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Looking To Remortgage – Act Now Before Rates Rise

2017 saw the Bank of England increase their base interest rate, from 0.25% to 0.5%, for the first time in a decade.

Although many believed that a further hike would take place this February, the Monteray Policy Committee (MPC) voted to leave rates at 0.5%.

However, due to the tone of the MPC meeting and state of the economy, another base rate hike is rumoured to be pencilled in for some time in 2018.

The date and the percentage of the hike have not yet been confirmed, though economists have predicted the base rate increase will happen this May.

Of course this is all speculation, but the Bank of England has expressed that there will be two more rises by 2020; in addition, following February's MPC meeting, the MPC is now predicting that the base rate will reach 1.2% by the start of 2021.

Term Funding Scheme

Following the UK's vote to leave the EU, the Bank of England cut their base interest rate down to emergency levels of 0.25%.

After the Bank of England's base rate slash, they introduced the Term Funding Scheme that was designed to provide additional support to growth and achieve a sustainable return of inflation.

The Term Funding Scheme effectively gave the opportunity to banks and building societies to borrow large amounts of money for free; Lloyds took £18bn, RBS £14bn, Barclays £10bn, Nationwide £9.5bn and Santander £8bn.

From 28th February banks and building societies have to repay the money they borrowed plus interest. This could lead to lenders hiking their mortgage interest rates and offering potentially more attractive savings rates to generate more capital to repay the Bank of England.

Time to remortgage?

In December 2017, there was a 41 percent increase of remortgage deals in comparison to the same month in 2016.

It was reported that there were 39,943 remortgage deals in December, compared to 28,400 the year before.

This increased remortgage activity may reflect the flavour for the 2018 homeowner market.

The end of the Term Funding Scheme and the increase of the Bank of England's base interest rate ( along with any other potential base rate interest hikes) may be enough to make you consider remortgaging your property.

Why should I remortgage?

There are many reasons why you may benefit from remortgaging your property.

Reduce your payment term …

You could potentially reduce your payment term through remortgaging your property. This could be an appealing prospect, as you could pay off your mortgage and live mortgage-free faster.

The benefits of living mortgage free are well documented: it makes it easier to move in the future, it reduces the cost of living and it could enable you to put more money towards something you want.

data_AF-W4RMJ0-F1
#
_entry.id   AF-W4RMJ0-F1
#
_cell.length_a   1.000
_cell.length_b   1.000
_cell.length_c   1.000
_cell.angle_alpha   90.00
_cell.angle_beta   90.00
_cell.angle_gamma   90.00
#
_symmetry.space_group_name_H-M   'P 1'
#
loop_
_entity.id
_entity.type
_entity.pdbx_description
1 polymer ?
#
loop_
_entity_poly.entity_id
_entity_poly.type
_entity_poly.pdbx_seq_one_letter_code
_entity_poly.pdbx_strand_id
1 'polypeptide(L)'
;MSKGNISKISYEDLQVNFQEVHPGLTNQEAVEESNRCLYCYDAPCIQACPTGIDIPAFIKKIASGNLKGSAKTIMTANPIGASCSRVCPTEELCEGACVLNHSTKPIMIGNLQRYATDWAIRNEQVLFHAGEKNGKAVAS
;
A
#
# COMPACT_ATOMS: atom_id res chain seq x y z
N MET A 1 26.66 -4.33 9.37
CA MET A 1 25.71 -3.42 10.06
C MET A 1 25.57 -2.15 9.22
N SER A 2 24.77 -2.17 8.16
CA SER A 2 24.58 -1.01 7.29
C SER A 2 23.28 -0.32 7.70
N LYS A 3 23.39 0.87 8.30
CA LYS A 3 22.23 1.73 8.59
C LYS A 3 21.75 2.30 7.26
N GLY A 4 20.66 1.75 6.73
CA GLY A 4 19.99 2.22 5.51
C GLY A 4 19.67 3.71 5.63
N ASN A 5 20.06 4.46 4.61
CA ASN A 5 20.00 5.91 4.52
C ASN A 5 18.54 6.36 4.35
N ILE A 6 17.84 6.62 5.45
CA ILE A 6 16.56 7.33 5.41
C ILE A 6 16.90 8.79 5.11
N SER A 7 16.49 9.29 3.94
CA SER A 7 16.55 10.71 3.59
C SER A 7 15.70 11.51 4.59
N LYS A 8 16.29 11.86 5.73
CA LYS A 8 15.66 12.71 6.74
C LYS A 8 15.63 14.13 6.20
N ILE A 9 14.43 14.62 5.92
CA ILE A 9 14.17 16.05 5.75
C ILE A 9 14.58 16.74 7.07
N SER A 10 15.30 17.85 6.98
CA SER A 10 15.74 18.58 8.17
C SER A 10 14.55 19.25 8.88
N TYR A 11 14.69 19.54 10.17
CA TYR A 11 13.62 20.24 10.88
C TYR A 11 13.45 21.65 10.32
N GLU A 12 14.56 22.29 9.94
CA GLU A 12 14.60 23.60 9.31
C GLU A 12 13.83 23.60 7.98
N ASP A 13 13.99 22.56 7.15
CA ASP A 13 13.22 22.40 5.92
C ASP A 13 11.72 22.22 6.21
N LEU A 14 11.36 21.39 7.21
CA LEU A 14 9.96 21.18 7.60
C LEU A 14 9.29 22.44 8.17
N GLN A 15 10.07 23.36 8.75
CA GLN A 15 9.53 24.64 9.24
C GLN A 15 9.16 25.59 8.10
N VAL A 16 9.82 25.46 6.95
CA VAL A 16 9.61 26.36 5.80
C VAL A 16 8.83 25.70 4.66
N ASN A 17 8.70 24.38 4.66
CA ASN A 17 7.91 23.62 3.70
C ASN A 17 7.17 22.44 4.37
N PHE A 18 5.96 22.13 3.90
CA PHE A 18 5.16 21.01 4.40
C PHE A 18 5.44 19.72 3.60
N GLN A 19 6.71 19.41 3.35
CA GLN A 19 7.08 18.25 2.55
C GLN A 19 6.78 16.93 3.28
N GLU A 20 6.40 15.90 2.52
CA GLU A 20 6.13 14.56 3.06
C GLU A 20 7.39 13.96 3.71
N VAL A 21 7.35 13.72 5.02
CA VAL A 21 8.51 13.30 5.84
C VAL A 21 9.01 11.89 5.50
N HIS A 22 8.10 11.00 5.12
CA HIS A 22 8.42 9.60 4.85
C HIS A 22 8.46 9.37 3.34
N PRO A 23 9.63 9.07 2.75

Release equity …

Securing a finance to enable you to invest in something, refurbish your property or purchase another property may be difficult. Remortgaging your existing property could be a viable option for you to source additional finance. By remortgaging your property, you could release your existing equity and receive a significant amount of capital.

Remortgage to get a lower rate …

Depending on your current mortgage, you could remortgage your property to access a lower interest rate. For example if you have a fixed rate mortgage and your initial fixed rate period has expired, then you will be subject to your bank’s higher standard variable rate – remortgaging could help you secure a lower rate of interest and save you a significant amount of money.

Remortgage for certainty …

As highlighted above, one of the biggest reasons to remortgage your property in 2018 is the UK’s changing financial landscape. Economists are predicting that there will be a further base rate rise soon and Mark Carney, of the Bank of England, expects two further rises over the next three years.

If you are able to find an attractive remortgage deal, you could secure a lower rate of interest for a prolonged period of time. If you decide to remortgage your property on a fixed rate, you could potentially insulate yourself from any increase of the base rate during your fixed rate period.

Types of remortgage

There are a number of different types of mortgage you could take out to remortgage your property.

Standard variable rate…

The standard variable rate (SVR) is the underlying interest rate that a lender will charge. The SVR usually is charged following the end of a fixed rate period or introductory period ends.

Typically, SVRs are rates that are affected by the Bank of England’s base rate. The majority of UK bank’s SVRs will change when the base rate changes. It should be noted that, from the Bank of England’s base rate increase in November 2017 to January 2018, the average SVR has increased from 4.6% to 4.7%.